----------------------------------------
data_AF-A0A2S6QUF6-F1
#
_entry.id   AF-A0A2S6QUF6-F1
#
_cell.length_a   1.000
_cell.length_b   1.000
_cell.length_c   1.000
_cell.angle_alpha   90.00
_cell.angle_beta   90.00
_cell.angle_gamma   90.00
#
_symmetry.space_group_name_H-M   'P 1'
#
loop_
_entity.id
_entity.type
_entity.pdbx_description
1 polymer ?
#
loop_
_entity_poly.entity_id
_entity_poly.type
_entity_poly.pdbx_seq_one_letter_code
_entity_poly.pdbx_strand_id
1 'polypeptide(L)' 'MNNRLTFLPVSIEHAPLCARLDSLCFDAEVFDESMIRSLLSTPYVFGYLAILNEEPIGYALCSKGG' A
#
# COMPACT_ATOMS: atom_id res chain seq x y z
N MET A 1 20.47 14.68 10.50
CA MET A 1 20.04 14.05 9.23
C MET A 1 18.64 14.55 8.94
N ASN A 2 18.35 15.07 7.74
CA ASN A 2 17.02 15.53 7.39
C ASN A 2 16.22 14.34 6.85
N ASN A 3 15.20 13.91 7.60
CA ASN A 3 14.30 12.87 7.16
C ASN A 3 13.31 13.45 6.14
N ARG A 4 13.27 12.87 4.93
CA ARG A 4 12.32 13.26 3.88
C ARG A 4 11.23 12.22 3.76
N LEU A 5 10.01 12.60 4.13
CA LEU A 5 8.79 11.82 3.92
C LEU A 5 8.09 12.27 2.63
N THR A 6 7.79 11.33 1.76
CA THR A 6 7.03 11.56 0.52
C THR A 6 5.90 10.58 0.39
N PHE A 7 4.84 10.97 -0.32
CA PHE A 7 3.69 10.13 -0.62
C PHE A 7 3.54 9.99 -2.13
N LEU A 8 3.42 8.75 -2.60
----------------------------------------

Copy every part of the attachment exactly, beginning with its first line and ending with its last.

data_AF-A0A2S6QUF6-F1
#
_entry.id   AF-A0A2S6QUF6-F1
#
_cell.length_a   1.000
_cell.length_b   1.000
_cell.length_c   1.000
_cell.angle_alpha   90.00
_cell.angle_beta   90.00
_cell.angle_gamma   90.00
#
_symmetry.space_group_name_H-M   'P 1'
#
loop_
_entity.id
_entity.type
_entity.pdbx_description
1 polymer ?
#
loop_
_entity_poly.entity_id
_entity_poly.type
_entity_poly.pdbx_seq_one_letter_code
_entity_poly.pdbx_strand_id
1 'polypeptide(L)' 'MNNRLTFLPVSIEHAPLCARLDSLCFDAEVFDESMIRSLLSTPYVFGYLAILNEEPIGYALCSKGG' A
#
# COMPACT_ATOMS: atom_id res chain seq x y z
N MET A 1 20.47 14.68 10.50
CA MET A 1 20.04 14.05 9.23
C MET A 1 18.64 14.55 8.94
N ASN A 2 18.35 15.07 7.74
CA ASN A 2 17.02 15.53 7.39
C ASN A 2 16.22 14.34 6.85
N ASN A 3 15.20 13.91 7.60
CA ASN A 3 14.30 12.87 7.16
C ASN A 3 13.31 13.45 6.14
N ARG A 4 13.27 12.87 4.93
CA ARG A 4 12.32 13.26 3.88
C ARG A 4 11.23 12.22 3.76
N LEU A 5 10.01 12.60 4.13
CA LEU A 5 8.79 11.82 3.92
C LEU A 5 8.09 12.27 2.63
N THR A 6 7.79 11.33 1.76
CA THR A 6 7.03 11.56 0.52
C THR A 6 5.90 10.58 0.39
N PHE A 7 4.84 10.97 -0.32
CA PHE A 7 3.69 10.13 -0.62
C PHE A 7 3.54 9.99 -2.13
N LEU A 8 3.42 8.75 -2.60